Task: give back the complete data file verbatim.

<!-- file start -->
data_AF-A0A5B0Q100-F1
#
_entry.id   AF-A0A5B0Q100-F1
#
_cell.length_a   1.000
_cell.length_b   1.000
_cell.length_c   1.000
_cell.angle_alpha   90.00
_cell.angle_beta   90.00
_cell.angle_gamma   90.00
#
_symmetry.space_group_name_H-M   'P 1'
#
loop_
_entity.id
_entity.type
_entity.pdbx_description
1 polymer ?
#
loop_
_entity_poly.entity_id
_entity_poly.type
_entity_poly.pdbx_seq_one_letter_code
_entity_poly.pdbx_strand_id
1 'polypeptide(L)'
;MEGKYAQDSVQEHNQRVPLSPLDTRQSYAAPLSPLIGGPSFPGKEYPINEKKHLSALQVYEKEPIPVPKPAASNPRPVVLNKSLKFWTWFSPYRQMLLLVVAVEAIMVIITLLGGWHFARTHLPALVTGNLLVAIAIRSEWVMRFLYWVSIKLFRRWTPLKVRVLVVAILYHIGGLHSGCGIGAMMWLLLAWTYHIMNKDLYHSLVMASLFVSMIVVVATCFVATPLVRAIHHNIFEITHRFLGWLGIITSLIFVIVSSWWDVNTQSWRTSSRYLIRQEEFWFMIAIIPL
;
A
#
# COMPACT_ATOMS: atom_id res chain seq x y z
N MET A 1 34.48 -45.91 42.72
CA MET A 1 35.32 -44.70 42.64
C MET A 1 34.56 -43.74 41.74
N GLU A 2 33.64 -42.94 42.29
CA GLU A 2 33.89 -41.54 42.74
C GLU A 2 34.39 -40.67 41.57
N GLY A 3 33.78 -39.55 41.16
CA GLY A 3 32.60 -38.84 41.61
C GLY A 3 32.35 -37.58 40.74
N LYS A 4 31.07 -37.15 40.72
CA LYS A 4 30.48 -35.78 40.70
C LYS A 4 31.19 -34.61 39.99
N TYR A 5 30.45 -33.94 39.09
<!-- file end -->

data_AF-A0A5B0Q100-F1
#
_entry.id   AF-A0A5B0Q100-F1
#
_cell.length_a   1.000
_cell.length_b   1.000
_cell.length_c   1.000
_cell.angle_alpha   90.00
_cell.angle_beta   90.00
_cell.angle_gamma   90.00
#
_symmetry.space_group_name_H-M   'P 1'
#
loop_
_entity.id
_entity.type
_entity.pdbx_description
1 polymer ?
#
loop_
_entity_poly.entity_id
_entity_poly.type
_entity_poly.pdbx_seq_one_letter_code
_entity_poly.pdbx_strand_id
1 'polypeptide(L)'
;MEGKYAQDSVQEHNQRVPLSPLDTRQSYAAPLSPLIGGPSFPGKEYPINEKKHLSALQVYEKEPIPVPKPAASNPRPVVLNKSLKFWTWFSPYRQMLLLVVAVEAIMVIITLLGGWHFARTHLPALVTGNLLVAIAIRSEWVMRFLYWVSIKLFRRWTPLKVRVLVVAILYHIGGLHSGCGIGAMMWLLLAWTYHIMNKDLYHSLVMASLFVSMIVVVATCFVATPLVRAIHHNIFEITHRFLGWLGIITSLIFVIVSSWWDVNTQSWRTSSRYLIRQEEFWFMIAIIPL
;
A
#
# COMPACT_ATOMS: atom_id res chain seq x y z
N MET A 1 34.48 -45.91 42.72
CA MET A 1 35.32 -44.70 42.64
C MET A 1 34.56 -43.74 41.74
N GLU A 2 33.64 -42.94 42.29
CA GLU A 2 33.89 -41.54 42.74
C GLU A 2 34.39 -40.67 41.57
N GLY A 3 33.78 -39.55 41.16
CA GLY A 3 32.60 -38.84 41.61
C GLY A 3 32.35 -37.58 40.74
N LYS A 4 31.07 -37.15 40.72
CA LYS A 4 30.48 -35.78 40.70
C LYS A 4 31.19 -34.61 39.99
N TYR A 5 30.45 -33.94 39.09